THE WAY, WAY BACK (review)
THE WAY, WAY BACK
Written and Directed by Nat Faxon and Jim Rash
Starring Liam James, Toni Collette, Sam Rockwell and Steve Carrell
Trent: On a scale of 1 to 10, how do you see yourself?
We meet the young, understated hero of THE WAY, WAY BACK, Duncan, played by the also young and understated, Liam James, as he sits in the back of a station wagon, staring out at the open road that he is leaving behind himis. His mother (Toni Collette) is asleep in the front passenger seat and the man who could end up being his father (Steve Carrell), is driving the car. Trent, that’s the potential dad’s name, which in and of itself announces potential pomp, asks Duncan where he thinks he stands as a human being on a scale of 1 to 10. Duncan doesn’t want to answer but Trent pushes, badgers even. He doesn’t care what Duncan’s answer is; he just wants him to pick a number so he can get to the point he wants to make. When Duncan forces himself to come up with a number, Trent then slices that number in half and we know right there and then that wherever this car full of people is headed, it will not be a very happy place when they arrive.
As it turns out, Trent is taking his girlfriend of about a year (Collette) to his summer home in a quiet beach town, along with her son and his teenage daughter, Steph (Zoe Levin). Duncan is hesitant about the potential for this forced bonding experience, to say the least, which is what he actually says. The least, that is, as Duncan doesn’t talk much. It almost seems he doesn’t speak often because he is afraid to say the wrong thing or is just too timid to share his thoughts with others in fear of being judged. Duncan’s introverted nature is pushed to extremes by the new father figure in his life and, after one too many nights being the butt of Trent’s jokes, he starts taking off during the day and disappearing for hours. In getting lost though, he manages to surprise himself by finding his own voice in a water park. He meets a smooth-talking Sam Rockwell, who runs the park and is just mature enough to see that this boy needs a good talking to.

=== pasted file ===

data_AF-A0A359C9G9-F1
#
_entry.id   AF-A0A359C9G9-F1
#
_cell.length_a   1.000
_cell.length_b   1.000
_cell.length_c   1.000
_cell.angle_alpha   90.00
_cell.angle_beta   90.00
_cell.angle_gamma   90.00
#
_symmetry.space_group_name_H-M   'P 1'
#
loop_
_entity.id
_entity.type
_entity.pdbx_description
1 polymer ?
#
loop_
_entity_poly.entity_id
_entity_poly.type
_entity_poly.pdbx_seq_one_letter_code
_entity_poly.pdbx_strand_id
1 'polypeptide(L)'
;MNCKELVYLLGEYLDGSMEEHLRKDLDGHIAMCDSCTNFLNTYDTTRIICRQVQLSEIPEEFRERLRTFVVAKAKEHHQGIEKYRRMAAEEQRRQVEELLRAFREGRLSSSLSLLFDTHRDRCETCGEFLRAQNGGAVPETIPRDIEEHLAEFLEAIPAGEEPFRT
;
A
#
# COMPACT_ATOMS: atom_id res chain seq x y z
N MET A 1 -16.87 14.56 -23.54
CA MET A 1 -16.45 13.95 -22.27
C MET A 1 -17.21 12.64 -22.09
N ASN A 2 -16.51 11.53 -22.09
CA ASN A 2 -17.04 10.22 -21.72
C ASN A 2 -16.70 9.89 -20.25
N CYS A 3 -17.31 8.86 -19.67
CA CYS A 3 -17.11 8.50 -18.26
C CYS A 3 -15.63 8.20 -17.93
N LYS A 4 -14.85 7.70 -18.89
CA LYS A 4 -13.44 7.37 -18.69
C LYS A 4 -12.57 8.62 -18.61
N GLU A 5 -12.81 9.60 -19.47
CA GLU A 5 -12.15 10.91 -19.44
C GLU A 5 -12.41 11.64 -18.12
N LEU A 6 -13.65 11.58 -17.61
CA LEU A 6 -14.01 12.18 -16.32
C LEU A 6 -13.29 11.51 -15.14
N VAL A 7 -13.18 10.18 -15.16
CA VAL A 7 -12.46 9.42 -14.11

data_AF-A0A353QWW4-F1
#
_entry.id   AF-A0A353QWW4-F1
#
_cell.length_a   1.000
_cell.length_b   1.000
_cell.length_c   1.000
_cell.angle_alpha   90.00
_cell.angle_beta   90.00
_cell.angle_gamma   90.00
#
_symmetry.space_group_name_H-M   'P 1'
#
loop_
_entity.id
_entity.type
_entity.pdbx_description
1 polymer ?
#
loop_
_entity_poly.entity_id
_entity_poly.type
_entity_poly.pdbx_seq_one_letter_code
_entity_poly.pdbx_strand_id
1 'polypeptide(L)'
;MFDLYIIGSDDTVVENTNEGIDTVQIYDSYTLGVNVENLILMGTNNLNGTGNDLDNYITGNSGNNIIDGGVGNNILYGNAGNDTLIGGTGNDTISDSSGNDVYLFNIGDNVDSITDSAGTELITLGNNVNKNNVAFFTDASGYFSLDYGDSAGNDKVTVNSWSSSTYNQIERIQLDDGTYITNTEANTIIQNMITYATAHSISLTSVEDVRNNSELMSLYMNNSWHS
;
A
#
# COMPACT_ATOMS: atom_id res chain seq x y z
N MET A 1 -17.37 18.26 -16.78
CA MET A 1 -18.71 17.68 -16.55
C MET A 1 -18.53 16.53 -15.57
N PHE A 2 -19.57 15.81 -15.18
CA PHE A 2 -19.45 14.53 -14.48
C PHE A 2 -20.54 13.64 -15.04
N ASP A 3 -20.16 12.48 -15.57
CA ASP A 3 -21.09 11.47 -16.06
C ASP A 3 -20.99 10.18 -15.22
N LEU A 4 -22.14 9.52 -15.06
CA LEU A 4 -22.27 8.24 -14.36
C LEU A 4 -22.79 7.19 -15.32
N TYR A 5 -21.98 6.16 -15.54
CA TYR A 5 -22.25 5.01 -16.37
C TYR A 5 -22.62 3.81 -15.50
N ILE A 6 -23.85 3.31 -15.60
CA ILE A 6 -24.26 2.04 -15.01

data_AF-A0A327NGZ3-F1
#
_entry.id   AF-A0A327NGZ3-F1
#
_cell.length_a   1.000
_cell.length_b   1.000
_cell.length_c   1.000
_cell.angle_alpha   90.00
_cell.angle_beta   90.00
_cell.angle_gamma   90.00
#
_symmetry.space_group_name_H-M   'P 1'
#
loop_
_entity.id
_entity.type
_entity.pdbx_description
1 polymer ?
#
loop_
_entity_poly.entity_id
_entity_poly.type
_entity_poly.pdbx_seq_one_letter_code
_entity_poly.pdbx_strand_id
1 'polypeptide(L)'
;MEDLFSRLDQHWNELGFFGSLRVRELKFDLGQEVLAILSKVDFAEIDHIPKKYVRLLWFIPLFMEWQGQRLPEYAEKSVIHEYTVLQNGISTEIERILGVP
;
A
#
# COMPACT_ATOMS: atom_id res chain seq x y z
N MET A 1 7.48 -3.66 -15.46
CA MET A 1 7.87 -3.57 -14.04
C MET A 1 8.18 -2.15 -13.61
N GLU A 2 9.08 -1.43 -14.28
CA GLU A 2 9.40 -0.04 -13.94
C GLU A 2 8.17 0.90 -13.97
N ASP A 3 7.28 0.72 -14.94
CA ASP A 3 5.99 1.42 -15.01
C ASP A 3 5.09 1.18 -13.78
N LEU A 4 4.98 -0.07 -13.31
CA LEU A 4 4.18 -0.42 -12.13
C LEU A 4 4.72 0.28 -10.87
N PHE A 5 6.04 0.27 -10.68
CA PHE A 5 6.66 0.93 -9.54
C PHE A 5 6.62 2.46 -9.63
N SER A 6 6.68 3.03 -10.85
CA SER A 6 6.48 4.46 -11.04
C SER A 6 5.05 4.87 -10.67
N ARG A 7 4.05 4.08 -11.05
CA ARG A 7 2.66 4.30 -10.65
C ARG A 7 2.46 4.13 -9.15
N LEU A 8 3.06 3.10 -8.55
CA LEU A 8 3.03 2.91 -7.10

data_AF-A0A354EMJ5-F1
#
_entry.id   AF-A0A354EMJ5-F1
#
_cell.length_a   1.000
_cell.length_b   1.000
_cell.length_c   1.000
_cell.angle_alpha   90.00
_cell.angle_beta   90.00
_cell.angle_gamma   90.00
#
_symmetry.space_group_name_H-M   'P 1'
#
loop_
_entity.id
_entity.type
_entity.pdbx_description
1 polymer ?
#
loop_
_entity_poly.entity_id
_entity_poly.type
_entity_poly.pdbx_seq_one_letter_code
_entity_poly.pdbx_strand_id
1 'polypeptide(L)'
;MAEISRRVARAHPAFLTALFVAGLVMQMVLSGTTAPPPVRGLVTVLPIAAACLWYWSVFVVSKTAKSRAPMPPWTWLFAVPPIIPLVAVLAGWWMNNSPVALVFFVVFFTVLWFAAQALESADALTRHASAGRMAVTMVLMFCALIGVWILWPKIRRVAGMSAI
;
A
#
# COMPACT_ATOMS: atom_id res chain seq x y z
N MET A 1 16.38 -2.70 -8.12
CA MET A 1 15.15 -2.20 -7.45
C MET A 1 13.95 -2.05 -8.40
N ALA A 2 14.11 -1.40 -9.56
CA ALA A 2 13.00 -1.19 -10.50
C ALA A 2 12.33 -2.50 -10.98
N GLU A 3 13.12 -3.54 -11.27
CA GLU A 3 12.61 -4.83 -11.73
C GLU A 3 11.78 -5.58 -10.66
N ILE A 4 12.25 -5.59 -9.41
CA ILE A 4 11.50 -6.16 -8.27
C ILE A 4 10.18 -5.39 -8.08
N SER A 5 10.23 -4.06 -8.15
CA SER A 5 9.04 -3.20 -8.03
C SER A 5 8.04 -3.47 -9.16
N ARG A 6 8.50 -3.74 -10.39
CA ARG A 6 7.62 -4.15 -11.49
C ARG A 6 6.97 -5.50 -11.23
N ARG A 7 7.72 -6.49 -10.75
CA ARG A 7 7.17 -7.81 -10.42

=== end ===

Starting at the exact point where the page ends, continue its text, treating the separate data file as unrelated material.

THE WAY, WAY BACK is the directorial debut from the Academy Award winning writers of THE DESCENDANTS, Nat Faxon and Jim Rash, both of which also have small parts in the film. They do manage to capture some very real moments, as well as some very funny ones, but the subtlety with which Alexander Payne directed their last screenplay is notably lacking here. As strong as Rockwell and Carrell are in their roles here, their characters can be a bit extreme at times and the whole film can feel a bit too familiar at times as a result. Collette steals the show as a woman torn between her new man and her son; her subtle approach outshines without effortlessly. This is James’ show though and he carries this weighty summer of growth firmly on his shoulders. He needs to grow in order to protect himself from new threats that should be anything but that. This is even more difficult to accomplish considering he is surrounded by adults who seem determined to resort back into adolescence. And as Duncan comes of age, Faxon and Rash follow suit. They still have more growth ahead of them but so does Duncan and so does everyone else really.
How many sheep would you give The Way, Way Back?